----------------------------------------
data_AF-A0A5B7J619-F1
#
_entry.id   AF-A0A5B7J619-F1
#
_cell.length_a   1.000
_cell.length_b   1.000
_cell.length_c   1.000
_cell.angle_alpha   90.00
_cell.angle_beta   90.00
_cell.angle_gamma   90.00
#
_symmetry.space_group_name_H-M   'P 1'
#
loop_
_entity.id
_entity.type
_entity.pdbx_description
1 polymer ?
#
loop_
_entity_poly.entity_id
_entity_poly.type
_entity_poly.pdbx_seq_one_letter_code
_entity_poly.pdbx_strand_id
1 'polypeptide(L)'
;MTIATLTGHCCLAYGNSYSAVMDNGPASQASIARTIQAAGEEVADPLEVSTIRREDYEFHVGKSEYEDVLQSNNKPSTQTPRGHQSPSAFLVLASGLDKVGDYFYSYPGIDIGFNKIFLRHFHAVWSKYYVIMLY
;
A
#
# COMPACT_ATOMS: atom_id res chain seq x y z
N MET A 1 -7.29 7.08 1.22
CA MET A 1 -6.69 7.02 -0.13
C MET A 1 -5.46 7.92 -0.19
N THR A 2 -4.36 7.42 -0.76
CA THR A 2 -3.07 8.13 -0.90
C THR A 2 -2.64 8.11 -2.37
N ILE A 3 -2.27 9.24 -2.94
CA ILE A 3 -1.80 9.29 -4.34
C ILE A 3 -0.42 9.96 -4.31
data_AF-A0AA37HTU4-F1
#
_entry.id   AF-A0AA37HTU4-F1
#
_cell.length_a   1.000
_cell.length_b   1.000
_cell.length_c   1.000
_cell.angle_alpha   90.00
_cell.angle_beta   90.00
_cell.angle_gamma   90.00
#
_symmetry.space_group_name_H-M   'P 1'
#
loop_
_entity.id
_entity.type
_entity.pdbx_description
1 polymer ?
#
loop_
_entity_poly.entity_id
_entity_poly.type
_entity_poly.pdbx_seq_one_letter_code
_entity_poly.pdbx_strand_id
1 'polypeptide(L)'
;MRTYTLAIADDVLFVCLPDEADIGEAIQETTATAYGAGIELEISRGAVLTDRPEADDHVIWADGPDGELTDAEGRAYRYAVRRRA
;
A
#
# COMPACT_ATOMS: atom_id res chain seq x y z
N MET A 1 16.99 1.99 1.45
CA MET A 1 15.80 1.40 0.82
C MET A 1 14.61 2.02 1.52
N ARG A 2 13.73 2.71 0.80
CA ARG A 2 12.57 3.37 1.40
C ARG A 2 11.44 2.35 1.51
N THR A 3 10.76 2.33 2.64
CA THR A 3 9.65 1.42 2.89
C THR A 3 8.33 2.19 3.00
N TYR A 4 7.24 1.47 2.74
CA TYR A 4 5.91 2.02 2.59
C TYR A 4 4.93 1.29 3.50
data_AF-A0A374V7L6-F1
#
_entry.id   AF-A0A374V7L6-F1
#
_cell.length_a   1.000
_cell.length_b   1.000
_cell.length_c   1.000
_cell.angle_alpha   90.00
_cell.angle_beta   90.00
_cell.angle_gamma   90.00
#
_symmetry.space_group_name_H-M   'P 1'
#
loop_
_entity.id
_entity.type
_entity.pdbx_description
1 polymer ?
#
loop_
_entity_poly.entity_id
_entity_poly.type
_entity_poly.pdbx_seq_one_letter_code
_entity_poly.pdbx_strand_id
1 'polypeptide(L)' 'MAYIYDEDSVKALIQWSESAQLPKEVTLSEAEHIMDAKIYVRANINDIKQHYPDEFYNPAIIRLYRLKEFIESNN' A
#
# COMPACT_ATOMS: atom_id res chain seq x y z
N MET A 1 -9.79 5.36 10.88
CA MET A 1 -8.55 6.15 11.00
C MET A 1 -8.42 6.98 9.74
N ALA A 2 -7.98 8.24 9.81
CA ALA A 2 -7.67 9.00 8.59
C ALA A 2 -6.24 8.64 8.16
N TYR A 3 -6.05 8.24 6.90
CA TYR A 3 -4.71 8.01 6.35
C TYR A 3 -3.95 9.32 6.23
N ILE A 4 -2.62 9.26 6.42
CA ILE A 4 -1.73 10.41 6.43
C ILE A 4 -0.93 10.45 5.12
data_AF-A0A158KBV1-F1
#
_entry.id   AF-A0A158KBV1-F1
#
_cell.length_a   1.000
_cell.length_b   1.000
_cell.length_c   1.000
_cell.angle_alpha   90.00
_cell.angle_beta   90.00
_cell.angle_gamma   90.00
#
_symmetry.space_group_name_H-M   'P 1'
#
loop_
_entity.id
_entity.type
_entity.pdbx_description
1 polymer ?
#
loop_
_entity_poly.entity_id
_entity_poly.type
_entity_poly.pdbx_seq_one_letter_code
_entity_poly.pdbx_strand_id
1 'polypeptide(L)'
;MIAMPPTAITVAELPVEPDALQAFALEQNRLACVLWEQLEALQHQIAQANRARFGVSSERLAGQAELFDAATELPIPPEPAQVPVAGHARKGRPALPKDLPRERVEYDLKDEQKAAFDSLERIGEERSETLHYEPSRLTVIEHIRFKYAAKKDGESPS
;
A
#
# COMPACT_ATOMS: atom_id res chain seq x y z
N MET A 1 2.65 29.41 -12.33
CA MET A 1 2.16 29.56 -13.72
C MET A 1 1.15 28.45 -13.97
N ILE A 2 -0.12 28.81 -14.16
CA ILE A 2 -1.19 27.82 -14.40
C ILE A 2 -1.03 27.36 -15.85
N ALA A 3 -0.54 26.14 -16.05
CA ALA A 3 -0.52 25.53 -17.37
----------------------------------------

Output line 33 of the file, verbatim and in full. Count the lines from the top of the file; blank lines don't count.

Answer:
C MET A 1 -5.46 7.92 -0.19